At St Thomas of Canterbury, children develop their creative skills in art, craft and design via an engaging, inspiring and challenging curriculum that spreads across a broad range of cross-curricular contexts.
We encourage children to experiment with the skills they are acquiring in order to invent and create their own art pieces in drawing, painting, sculpture and other crafts.
A particular focus at St Thomas of Canterbury is to learn to evaluate art work, using specific language, from a wide spectrum of creative work to shape children into informed critics.
Children are given the opportunity to visit galleries, explore a wide range of known artists and, in some instances, create work in-situ to equip them with the understanding that art plays an important part in our history and culture.
“Every child is an artist. The problem is how to remain an artist once he grows up.” Pablo Picasso
Art - Progression of Skills
Please find below examples of artwork across the school from Early Years to Year 6.
Nursery - we used paint and other materials to represent Fireworks!
In EYFS, we used various materials to create a self-portrait and created poppies for Remembrance day.
Year 1 - studied and replicated the work of African artist Kara Walker
Year 2 - designed and planned rockets and then created them using recycled material.
Year 3 - used pastels and charcoal to create Cave art
Year 4 - As there topic is 'Amazing Africa', year 4 explored African artist Gakonga and his use of colour to create a mood. They replicated one of his pieces using pencil and oil pastels.
Year 5 - created a quilt based off the women in Gee's Bend, an area in Southern American. The quilt activity was inspired from a book.
Finally Year 6 created 3D models of WW1 trenches.
We are very proud of their beautiful work.
Design & Technology (DT)
In design technology our children develop a range of skills in many different contexts across a wide subject area. We aim to develop children’s ability to manipulate and test ideas and designs in order to create a good final product. The children are taught design technology in a range of ways through our topics to help them create links between different subjects. In each year group, children will look for ways to improve and develop their designs further using new techniques and skills they have learnt.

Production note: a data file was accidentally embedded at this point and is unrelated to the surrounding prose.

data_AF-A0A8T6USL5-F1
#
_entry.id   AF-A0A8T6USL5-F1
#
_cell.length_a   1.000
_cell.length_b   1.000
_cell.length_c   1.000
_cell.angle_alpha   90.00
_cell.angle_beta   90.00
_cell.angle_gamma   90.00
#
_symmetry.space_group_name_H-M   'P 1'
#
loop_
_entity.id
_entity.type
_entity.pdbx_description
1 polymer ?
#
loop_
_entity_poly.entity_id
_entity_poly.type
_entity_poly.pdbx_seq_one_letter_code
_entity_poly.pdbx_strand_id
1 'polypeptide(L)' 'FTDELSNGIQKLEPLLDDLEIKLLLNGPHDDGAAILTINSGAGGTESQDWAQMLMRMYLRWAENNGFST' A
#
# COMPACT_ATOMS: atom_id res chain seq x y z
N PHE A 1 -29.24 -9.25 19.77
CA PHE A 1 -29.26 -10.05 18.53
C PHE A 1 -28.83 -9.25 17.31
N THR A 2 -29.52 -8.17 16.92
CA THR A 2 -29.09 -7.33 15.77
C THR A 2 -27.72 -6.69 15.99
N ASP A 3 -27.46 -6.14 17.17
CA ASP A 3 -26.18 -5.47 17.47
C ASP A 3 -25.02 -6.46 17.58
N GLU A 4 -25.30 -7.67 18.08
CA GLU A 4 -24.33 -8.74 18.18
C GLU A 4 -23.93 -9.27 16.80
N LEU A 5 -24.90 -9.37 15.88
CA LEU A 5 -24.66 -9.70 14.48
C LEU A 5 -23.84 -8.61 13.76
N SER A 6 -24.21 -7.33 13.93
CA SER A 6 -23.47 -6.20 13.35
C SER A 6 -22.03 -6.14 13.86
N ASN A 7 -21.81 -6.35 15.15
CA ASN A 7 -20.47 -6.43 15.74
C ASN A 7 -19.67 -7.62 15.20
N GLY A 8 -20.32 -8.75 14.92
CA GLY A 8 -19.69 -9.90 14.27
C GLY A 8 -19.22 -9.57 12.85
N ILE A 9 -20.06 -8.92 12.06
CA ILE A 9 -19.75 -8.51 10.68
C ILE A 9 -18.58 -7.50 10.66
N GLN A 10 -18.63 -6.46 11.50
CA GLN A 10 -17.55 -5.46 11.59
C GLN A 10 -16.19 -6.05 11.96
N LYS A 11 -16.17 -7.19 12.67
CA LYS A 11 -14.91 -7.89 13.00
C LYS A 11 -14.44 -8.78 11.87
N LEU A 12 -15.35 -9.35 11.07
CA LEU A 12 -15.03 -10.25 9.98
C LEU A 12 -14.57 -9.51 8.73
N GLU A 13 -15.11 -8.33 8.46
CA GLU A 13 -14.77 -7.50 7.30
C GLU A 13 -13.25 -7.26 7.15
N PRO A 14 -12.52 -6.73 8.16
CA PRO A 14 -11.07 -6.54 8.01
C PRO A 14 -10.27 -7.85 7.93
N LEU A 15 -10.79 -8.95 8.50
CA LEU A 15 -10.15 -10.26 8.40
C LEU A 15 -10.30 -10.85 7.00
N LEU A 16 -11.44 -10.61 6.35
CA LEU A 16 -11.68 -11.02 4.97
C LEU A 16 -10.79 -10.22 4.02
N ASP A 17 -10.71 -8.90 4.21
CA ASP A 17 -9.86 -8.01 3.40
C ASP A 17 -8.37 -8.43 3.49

In design technology, we promote trial and error with a ‘hands on’ approach to help children face problems head on. We want children to realise that with failure comes success and learning from their mistakes is crucial to learning.
“It’s through mistakes that you actually can grow. You have to get bad in order to get good.” — Paula Scher, graphic designer and painter.
At St Thomas of Canterbury, our intent is for all children in the school to have access to an engaging Music curriculum and high quality teaching, which enables them to be confident, creative musicians no matter their starting point and engenders in them a love of a variety of musical genres. We want to give our pupils the tools to evaluate music and empower them to have the self-confidence to share their musical knowledge and insights.
Why do we teach this? Why do we teach it in the way we do?